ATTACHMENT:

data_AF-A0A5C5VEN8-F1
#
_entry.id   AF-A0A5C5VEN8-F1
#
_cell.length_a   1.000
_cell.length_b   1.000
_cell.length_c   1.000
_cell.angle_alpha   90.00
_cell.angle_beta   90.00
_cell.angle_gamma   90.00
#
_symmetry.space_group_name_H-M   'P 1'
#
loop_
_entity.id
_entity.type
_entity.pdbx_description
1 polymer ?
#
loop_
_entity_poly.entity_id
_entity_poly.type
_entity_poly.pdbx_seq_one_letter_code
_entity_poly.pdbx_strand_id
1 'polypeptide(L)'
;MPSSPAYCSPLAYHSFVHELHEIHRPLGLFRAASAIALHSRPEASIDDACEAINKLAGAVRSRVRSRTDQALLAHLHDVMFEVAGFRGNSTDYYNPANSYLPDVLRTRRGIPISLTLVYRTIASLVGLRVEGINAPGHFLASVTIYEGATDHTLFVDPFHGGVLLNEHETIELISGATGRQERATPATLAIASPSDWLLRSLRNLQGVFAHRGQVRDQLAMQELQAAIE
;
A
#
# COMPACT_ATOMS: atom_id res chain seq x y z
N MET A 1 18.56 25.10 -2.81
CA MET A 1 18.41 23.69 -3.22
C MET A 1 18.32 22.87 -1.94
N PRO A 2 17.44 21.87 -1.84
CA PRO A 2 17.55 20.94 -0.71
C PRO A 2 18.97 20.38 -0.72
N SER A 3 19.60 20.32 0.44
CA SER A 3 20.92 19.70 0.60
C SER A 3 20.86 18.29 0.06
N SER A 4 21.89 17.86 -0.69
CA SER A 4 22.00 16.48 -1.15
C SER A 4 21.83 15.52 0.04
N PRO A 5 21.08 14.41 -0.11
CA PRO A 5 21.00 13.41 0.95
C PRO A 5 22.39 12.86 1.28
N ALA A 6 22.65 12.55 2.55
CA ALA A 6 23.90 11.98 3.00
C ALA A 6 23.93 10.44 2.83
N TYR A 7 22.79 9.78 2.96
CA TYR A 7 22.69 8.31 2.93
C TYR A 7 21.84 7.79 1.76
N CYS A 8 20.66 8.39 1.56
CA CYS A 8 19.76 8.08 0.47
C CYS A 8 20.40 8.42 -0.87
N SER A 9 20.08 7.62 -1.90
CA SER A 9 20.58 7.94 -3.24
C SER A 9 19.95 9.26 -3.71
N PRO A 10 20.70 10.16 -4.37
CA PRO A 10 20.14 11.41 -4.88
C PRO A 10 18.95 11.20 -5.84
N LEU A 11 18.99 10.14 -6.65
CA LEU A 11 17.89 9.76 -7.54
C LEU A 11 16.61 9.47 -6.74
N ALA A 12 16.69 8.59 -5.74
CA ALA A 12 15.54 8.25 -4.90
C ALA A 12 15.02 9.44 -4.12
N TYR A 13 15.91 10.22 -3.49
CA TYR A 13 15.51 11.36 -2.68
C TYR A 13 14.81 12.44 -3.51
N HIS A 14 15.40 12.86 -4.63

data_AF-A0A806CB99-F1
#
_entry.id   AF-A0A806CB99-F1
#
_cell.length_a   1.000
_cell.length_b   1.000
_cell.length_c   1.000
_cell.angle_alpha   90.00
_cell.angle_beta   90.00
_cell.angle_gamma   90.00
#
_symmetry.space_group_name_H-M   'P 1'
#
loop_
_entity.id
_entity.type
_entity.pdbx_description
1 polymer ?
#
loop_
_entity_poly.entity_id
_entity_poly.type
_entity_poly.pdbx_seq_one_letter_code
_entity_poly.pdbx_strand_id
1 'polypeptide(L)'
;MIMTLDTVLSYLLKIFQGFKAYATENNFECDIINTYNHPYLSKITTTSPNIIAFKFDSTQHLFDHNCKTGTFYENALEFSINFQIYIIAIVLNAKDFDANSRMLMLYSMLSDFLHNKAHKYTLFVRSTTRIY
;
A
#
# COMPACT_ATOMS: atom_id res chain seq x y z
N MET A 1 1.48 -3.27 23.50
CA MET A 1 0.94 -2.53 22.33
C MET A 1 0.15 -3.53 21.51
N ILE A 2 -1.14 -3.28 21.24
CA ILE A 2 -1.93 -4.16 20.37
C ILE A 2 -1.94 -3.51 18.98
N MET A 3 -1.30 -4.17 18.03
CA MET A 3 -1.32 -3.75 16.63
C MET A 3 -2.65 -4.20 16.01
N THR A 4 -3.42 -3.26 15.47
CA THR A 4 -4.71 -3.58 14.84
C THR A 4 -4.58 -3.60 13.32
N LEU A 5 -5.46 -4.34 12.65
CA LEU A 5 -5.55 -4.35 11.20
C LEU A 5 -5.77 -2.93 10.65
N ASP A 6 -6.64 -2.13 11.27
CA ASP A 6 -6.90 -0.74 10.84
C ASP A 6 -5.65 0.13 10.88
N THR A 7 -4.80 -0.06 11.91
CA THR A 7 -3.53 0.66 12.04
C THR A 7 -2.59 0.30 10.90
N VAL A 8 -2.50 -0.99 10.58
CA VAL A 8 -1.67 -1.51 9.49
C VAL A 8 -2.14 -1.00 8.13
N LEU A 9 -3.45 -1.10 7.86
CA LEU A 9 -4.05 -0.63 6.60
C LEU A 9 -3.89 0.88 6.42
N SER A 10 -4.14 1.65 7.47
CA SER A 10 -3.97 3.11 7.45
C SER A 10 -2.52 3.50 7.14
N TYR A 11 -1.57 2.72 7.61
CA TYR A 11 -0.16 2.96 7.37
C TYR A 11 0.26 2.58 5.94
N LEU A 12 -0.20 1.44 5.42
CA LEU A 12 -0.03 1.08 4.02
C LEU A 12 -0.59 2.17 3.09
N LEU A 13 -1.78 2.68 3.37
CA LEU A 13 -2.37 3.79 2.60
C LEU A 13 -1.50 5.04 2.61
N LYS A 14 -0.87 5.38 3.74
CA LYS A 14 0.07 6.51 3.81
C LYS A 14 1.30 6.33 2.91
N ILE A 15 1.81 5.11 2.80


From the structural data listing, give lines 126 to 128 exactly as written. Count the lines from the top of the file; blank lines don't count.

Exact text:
CA LEU A 9 -4.05 -0.63 6.60
C LEU A 9 -3.89 0.88 6.42
N SER A 10 -4.14 1.65 7.47